Over the past few weeks, we've gotten notes from Verge Science readers wondering why news from the incoming Trump administration has seeped into our science coverage. I wasn't surprised: it's tempting to believe that science is apolitical. But science and politics are plainly related: science is the pursuit of knowledge, knowledge is power, and power is politics.
The scientific method consists of generating a hypothesis, attempting to disprove the hypothesis through testing, and accumulating those tests to come up with shared knowledge. And that method also contains ideology: our observed, shared world is the real world. This ideology even has a name: empiricism. An incoming president who clearly picks and chooses facts to suit his own version of the world changes the relationship between science and culture, in potentially destructive ways.
"To be taught to read - what is the use of that, if you know not whether what you read is false or true? To be taught to write or to speak - but what is the use of speaking, if you have nothing to say? To be taught to think - nay, what is the use of being able to think, if you have nothing to think of? But to be taught to see is to gain word and thought at once, and both true."
Tomorrow, in a mirror, darkly.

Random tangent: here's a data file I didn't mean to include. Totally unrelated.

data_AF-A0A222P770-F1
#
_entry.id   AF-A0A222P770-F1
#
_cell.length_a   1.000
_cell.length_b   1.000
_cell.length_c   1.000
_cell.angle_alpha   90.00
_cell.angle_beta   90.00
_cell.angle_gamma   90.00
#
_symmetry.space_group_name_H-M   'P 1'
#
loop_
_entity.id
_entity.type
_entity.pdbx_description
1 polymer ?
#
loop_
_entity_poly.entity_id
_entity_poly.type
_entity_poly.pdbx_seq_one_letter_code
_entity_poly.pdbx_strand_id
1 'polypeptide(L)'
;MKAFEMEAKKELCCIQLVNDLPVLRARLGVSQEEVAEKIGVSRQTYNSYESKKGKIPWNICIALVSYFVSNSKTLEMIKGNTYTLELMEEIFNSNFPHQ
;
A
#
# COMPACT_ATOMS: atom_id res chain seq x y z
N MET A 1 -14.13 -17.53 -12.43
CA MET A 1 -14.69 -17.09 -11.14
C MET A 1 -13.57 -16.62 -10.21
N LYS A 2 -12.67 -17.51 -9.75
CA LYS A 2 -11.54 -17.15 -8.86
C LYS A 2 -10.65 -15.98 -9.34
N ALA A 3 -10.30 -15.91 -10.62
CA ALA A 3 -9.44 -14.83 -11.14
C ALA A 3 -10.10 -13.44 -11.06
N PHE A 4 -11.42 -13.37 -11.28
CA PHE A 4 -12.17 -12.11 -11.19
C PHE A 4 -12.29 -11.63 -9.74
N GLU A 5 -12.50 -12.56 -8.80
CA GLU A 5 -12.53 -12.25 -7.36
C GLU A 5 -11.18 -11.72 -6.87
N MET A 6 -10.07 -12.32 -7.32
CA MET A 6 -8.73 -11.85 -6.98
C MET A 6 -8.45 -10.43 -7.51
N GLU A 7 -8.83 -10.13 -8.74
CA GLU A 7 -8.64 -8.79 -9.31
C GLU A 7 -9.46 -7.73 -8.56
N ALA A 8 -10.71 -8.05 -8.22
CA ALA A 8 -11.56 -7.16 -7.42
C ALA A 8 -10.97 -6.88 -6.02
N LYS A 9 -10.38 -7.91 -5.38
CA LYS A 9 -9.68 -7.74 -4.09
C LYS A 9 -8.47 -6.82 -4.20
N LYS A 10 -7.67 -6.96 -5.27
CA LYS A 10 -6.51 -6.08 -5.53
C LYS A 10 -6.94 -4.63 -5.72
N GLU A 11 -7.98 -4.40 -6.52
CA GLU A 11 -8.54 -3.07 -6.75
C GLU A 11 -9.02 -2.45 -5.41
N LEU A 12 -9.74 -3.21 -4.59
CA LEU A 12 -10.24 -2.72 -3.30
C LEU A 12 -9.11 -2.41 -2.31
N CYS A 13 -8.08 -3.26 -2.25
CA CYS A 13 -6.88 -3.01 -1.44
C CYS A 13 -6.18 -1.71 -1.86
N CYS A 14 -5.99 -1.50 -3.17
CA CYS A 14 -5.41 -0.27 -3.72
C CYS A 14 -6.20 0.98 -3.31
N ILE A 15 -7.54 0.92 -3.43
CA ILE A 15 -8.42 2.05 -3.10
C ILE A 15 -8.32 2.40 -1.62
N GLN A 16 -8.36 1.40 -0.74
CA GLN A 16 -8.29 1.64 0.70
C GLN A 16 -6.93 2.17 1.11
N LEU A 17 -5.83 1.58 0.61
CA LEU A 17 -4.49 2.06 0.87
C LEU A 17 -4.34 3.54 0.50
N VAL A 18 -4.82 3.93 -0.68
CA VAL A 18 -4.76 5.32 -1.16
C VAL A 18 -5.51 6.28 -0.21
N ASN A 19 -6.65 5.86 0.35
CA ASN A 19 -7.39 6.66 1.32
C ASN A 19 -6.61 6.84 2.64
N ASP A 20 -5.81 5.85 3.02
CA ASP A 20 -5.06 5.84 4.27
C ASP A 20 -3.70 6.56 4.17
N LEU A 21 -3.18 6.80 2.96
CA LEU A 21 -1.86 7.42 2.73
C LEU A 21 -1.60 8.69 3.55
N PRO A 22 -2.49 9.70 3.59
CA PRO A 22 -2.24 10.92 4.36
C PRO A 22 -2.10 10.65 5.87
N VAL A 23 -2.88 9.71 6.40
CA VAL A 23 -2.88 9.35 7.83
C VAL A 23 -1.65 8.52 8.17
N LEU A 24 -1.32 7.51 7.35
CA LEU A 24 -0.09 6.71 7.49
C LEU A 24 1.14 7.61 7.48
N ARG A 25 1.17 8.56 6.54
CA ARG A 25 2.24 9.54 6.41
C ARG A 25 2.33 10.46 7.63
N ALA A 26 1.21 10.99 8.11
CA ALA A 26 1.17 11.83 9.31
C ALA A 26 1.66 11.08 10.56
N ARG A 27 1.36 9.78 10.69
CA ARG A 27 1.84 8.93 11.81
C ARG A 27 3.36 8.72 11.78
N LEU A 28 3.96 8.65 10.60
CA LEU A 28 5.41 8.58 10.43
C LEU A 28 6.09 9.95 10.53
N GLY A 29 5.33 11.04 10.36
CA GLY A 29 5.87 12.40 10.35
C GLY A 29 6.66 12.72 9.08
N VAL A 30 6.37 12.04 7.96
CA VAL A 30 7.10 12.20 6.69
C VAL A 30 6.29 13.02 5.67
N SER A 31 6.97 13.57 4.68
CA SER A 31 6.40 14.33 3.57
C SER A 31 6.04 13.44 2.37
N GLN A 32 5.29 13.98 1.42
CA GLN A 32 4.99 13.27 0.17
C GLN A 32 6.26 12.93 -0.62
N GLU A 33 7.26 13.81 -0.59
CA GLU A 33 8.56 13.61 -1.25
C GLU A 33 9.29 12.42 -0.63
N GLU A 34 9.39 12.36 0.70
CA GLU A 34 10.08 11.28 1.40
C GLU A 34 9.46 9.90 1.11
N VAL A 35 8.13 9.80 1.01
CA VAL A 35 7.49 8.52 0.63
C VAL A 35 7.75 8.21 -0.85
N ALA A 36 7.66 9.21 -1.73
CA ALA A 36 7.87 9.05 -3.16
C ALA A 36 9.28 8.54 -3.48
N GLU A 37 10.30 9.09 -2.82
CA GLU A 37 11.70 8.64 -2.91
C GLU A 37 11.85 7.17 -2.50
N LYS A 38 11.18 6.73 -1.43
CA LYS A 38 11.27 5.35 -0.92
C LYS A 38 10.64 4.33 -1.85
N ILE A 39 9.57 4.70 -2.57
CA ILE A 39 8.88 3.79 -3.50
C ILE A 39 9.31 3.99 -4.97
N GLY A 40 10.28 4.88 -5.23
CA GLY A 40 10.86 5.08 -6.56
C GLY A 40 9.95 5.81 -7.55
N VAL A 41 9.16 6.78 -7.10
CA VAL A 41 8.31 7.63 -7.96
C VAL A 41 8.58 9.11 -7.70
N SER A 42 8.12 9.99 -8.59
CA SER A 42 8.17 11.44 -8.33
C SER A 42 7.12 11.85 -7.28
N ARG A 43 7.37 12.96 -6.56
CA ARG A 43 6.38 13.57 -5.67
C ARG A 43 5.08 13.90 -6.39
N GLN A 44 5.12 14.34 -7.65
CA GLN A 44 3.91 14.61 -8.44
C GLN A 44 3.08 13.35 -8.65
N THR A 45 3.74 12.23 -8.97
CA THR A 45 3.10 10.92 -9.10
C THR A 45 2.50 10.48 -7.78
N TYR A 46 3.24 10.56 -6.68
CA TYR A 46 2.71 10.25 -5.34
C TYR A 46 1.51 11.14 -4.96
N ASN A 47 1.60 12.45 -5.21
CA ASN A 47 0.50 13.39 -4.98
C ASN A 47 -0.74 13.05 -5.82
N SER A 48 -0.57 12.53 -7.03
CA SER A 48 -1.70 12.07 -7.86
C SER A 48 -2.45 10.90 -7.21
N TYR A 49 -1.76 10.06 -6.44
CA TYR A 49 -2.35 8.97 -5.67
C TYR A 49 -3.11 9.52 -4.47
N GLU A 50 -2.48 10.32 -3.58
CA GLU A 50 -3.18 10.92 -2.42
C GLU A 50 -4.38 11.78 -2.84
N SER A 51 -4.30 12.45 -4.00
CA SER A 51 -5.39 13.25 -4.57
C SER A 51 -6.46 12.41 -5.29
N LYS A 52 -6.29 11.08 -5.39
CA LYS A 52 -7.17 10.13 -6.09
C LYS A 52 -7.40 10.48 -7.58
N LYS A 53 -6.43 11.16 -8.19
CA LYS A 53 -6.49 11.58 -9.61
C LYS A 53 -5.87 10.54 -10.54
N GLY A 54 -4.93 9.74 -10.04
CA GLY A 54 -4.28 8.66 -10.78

The administration's analysis of Autosteer was more positive about its capabilities. After analyzing mileage and airbag deployment data for Model S and Model X cars equipped with Autopilot, the NHTSA concluded that "the Tesla vehicles' crash rate dropped by almost 40 percent after Autosteer installation."
Wait, you mean to tell me a computer who doesn't get sleepy or distracted and doesn't need to pee is better at keeping an eye on the road than a human?
Say it isn't so.
FAP80 is a Z80-based retro computer with a sprinkling of modern twists to make the experience of designing, programming, and debugging this computer as painless and straightforward as possible.
A lot of retro computer projects today are rooted on nostalgia, they tend to use "period correct" components to get the "feelings" right, and the result often ends up on perfboard or self-etched circuit boards, rudimentary video capacity if at all, few I/O ports, and a symphony of 74 series chips.
While there is nothing wrong with that, I wasn't around during the 80s home computer era, so I didn't have the same attachment to how things was done back then. So instead of trying to recreate the "good old days", I made the decision to liberally use modern parts to simplify the design process, as well as making this computer highly flexible and easy to program and use with very little overheads.
The creator's blog has more detailed information about the project.
The Vinux distribution is an Ubuntu-based project developed for blind and partially sighted people. Vinux provides screen readers, Braille support and high contrast icons. The latest release from the project, Vinux 5.1, is based on Ubuntu 14.04.5 LTS and offers three desktop environments: Unity 7.2.4, GNOME 3.10.4 and....
A new version of antiX, a Debian-based distribution featuring a simple desktop built around several lightweight and rarely-used window managers, has been released: "antiX 16.1 'Berta Cáceres' released. Bug-fix version, including all updates from Debian 'Jessie' and security-patched kernels. Existing users of antiX 16 do not need to....
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